Under attack from caterpillars, plants flash a warning signal


Calcium channel signals are quick to respond. Ben Lewis reports.


As a cabbage caterpillar eats through leaves of the mustard plant Arabidopsis, a wave of calcium crossing the plant, revealed by fluorescent light, triggers defence responses in distant leaves.

As a cabbage caterpillar eats through leaves of the mustard plant Arabidopsis, a wave of calcium crossing the plant, revealed by fluorescent light, triggers defence responses in distant leaves.

Simon Gilroy / UW-Madison

When plants are under attack from a very hungry caterpillar, a warning signal flashes through the plant to the other leaves, revealed for the first time in the video above.

The video, captured by Masatsugu Toyota at the University of Wisconsin was created using a plant modified to fluoresce in response to calcium signals. The details were published in Science.

Calcium, ubiquitous in cells, often acts as a signal in changing environment.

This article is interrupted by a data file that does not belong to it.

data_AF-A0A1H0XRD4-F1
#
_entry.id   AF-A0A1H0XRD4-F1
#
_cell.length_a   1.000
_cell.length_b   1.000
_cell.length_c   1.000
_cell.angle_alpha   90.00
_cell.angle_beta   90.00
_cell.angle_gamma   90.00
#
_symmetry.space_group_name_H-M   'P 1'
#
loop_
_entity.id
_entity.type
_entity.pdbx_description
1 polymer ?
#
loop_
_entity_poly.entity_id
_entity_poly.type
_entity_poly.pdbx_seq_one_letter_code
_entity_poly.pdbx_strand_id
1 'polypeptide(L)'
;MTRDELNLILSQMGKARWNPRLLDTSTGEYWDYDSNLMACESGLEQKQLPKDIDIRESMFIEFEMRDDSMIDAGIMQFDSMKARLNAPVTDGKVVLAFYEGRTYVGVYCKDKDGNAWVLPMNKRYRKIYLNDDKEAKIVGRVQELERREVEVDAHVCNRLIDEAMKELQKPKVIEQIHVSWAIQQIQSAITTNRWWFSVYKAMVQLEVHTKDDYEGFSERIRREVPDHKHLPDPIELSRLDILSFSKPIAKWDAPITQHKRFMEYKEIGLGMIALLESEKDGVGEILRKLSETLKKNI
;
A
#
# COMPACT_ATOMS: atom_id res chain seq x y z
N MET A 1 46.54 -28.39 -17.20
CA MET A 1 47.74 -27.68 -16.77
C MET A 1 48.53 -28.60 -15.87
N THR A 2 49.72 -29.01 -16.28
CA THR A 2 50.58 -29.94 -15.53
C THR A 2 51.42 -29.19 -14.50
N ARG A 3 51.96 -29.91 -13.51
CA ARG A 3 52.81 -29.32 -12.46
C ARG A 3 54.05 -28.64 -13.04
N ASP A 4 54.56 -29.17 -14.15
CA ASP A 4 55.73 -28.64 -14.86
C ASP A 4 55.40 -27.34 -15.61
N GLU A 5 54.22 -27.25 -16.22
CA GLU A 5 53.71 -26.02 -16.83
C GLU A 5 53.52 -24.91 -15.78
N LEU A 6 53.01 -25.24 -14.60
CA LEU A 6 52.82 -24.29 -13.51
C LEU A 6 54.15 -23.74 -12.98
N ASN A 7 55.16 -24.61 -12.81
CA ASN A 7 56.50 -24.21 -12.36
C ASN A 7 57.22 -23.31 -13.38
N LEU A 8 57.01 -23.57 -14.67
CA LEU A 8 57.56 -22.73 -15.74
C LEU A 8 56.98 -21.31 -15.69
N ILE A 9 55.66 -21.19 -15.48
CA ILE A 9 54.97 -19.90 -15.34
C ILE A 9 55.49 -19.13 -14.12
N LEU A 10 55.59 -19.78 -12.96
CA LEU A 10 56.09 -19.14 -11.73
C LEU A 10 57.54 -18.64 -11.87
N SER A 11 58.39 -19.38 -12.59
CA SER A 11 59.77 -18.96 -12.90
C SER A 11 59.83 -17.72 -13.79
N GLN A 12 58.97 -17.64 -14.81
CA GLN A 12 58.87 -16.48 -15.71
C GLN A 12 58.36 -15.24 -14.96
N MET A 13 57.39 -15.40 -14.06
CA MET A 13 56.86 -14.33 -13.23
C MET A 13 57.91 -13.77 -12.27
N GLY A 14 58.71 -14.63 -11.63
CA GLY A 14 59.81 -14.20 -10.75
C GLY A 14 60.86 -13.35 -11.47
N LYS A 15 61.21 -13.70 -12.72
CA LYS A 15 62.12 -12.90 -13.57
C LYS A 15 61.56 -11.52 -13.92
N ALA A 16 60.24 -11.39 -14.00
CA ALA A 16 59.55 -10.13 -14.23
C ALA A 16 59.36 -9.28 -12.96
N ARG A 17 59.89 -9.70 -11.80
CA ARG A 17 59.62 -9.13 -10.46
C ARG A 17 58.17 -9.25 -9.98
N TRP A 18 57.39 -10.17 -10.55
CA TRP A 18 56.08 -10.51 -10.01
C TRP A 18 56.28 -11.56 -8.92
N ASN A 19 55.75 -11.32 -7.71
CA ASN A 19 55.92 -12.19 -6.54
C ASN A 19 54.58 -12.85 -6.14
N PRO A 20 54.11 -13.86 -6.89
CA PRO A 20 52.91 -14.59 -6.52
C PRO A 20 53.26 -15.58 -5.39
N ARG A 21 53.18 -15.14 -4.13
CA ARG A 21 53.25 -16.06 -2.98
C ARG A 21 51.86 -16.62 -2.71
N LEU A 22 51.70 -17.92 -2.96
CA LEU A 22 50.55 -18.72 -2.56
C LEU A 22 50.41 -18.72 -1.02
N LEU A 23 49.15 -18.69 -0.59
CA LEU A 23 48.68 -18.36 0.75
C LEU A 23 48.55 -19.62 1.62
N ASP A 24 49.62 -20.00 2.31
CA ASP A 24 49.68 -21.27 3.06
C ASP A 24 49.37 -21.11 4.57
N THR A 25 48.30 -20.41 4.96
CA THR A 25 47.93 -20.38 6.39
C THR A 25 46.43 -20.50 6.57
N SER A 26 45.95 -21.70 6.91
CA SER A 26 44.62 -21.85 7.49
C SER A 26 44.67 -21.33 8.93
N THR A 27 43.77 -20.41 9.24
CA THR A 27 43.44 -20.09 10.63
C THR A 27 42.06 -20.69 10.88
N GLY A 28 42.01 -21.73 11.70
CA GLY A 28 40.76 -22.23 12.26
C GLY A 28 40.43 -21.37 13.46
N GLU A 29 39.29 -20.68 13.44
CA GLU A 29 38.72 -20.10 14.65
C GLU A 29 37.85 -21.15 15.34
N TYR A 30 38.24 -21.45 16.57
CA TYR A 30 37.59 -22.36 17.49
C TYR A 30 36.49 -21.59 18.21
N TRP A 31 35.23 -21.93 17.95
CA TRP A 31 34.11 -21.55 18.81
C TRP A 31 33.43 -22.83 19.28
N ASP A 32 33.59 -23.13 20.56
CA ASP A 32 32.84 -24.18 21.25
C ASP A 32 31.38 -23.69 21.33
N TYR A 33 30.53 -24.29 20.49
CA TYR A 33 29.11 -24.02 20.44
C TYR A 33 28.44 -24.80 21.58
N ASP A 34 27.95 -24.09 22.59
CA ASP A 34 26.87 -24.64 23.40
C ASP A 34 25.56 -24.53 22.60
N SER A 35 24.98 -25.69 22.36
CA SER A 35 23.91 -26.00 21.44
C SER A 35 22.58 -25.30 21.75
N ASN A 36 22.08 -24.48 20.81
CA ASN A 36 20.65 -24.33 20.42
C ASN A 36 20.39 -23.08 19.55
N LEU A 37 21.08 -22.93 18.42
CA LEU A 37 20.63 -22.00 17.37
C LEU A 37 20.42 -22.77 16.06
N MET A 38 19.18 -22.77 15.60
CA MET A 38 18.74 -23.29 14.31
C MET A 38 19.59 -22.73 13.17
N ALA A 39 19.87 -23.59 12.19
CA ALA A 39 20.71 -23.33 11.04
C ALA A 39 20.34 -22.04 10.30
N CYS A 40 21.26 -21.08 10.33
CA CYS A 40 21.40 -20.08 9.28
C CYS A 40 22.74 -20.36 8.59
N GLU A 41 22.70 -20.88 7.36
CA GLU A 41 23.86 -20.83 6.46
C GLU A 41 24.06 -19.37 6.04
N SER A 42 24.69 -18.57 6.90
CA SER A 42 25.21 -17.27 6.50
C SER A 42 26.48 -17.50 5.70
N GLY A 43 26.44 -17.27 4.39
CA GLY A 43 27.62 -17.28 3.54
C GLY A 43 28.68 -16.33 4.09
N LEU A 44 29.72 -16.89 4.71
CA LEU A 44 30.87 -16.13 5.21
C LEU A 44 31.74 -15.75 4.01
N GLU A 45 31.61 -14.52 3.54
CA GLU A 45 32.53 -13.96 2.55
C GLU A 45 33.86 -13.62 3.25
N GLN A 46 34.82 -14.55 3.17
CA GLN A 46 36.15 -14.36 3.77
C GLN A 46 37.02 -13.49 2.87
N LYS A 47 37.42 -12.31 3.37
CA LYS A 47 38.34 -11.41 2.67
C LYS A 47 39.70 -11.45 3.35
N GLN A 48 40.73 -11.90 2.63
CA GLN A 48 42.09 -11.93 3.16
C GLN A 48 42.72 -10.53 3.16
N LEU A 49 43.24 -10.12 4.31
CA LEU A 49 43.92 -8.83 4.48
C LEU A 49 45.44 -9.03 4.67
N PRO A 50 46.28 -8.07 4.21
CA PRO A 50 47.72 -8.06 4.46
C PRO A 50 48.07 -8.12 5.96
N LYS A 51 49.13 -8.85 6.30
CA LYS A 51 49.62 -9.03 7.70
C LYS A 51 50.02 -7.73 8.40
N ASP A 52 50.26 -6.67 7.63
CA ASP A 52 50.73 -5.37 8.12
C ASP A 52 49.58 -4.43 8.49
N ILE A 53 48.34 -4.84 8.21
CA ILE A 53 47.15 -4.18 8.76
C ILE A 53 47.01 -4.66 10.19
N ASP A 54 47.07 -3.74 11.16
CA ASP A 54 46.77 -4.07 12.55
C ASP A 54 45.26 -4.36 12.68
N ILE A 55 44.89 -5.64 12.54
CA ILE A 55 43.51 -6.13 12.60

As the caterpillar munches through the leaf it breaks the leaf off from the rest of the plant with one final bite. Almost immediately, the fluorescent light flashes, tracking calcium as it zips at around 1 millimetre per second across the plant's tissues, providing an electrical and chemical signal of a threat.

Interestingly, the calcium signalling has been found by Toyota and colleagues to be driven by glutamate, more commonly thought of as a neurotransmitter in animals. The glutamate spills out from wound sites triggers the burst in calcium that spreads across the plant. This response leads to defence hormones and altered growth and biochemistry - all occurring without a recognisable nervous system.

  1. http://science.sciencemag.org/cgi/doi/10.1126/science.aat7744
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